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Relativity Space win NASA multi-planetary exploration contract

Published on January 5, 2021 by Amelia H.
Relativity Space win NASA multi-planetary exploration contract

Relativity Space have just received $3 million from NASA to launch small lightweight satellites into orbit with its fully 3D printed Terran 1 rocket. NASA’s Launch Service Program (LSP) issued the Venture Class Launch Services Demonstration 2 (VCLS Demo 2) contract to Relativity as part of an endeavour to establish uncrewed research missions in space. Missions such as these are increasingly critical to multi-planetary research, technology and exploration. Relativity’s Terran 1 is scheduled to launch from the orbital site at Cape Canaveral LC-16 by June 30th 2022, taking with it various small, lightweight satellites including CubeSats, SmallSats, microsats, and nanosats, to be placed Low Earth Orbit (LEO).

This mission will make history, launching the first satellite into orbit using an entirely 3D printed rocket. In fact, the Terran 1, is the world’s first entirely 3D printed rocket. Relativity Space have been developing the Terran 1 since 2015, using their in-house Stargate 3D printers, currently taking up residence in the company’s new Stargate factory. Combining intelligent robotics, software and data-driven 3D technology, as well as AI driven-controls and the world’s largest metal 3D printers, the Stargate factory is the first ever aerospace platform to automate rocket manufacturing.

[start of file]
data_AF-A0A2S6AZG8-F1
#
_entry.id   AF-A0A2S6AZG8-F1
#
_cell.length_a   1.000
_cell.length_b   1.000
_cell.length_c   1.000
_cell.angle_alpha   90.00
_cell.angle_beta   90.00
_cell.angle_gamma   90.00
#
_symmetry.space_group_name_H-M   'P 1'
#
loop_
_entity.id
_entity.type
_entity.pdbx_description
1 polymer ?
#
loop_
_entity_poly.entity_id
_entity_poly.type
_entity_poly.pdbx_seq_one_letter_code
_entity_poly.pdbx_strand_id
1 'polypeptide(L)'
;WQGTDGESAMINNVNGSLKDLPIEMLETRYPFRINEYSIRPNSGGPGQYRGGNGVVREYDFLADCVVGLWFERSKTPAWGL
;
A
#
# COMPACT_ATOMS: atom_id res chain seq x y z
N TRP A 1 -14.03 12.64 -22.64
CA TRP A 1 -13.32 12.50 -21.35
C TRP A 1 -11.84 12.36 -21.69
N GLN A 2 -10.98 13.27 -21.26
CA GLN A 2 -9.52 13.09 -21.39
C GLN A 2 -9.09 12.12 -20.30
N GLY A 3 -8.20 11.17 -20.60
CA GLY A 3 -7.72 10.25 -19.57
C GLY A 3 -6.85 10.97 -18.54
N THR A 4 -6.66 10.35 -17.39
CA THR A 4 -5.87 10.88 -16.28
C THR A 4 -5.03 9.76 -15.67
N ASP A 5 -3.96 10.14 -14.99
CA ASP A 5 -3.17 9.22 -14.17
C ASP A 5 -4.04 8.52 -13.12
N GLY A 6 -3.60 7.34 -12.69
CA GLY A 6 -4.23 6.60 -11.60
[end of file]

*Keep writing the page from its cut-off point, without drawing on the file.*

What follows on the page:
While the mission is significant in itself, the funding makes up just a fraction of the investments that Relativity Space has received over the last two years. The company raised a total of $685 million, $500 million of which was in the past year alone. Despite this, the Terran 1 has yet to undergo its inaugural launch, scheduled for later this year. Still, Relativity’s innovations have earned them two contracts from the U.S. government, as well as one from Lockheed Martin for a NASA cryogenic testing mission in 2023.

Although Relativity’s recent success certainly speaks to the value of their work, it does not fully capture the significance of these advances in the application of additive manufacturing to aerospace. Relativity have used these investments to finance the expansion of their facilities, improving quality, design, speed and production, and consequently reducing the time taken to manufacture a flight-ready rocket from raw materials to just sixty days. A rocket typically comprises over 100’000 parts, a 24 month build time and a 48 month iteration time. The Terran 1, additively manufactured using Relativity’s Stargate, requires less than 1’000 parts, 2 months build time, and 6 months iteration time. A reduction of 99%, 91.6% and 87.5% respectively. Relativity’s technology also considerably simplifies the supply chain as well as physical complexity. The company have already broken ground in the additive manufacturing and aerospace industries. Now, partnering with NASA’s Launch Service Program (LSP), Relativity Space have the opportunity both make history and shape humanity’s multiplanetary future.

Relativity Space Factory

Inside the Stargate factory where the Terran 1 is manufactured. (Credit: Relativity Space)

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One comment

Join the discussion and tell us your opinion.

  1. Relativity Space fabricates aerospace vehicles in metals. Metals are solid materials. Additive processes to build solid objects need not reference “3D” since its all objects are three-dimensional by physical law. Metal objects were printed and patented in 1969 and people should know this. A “nanosat”‘s size is not described here but AM objects can be tiny and small objects were printed decades before 1983. The Relativity Space program will be a major step in advancing AM’s importance to the world and hopefully teaching AM’s real history.

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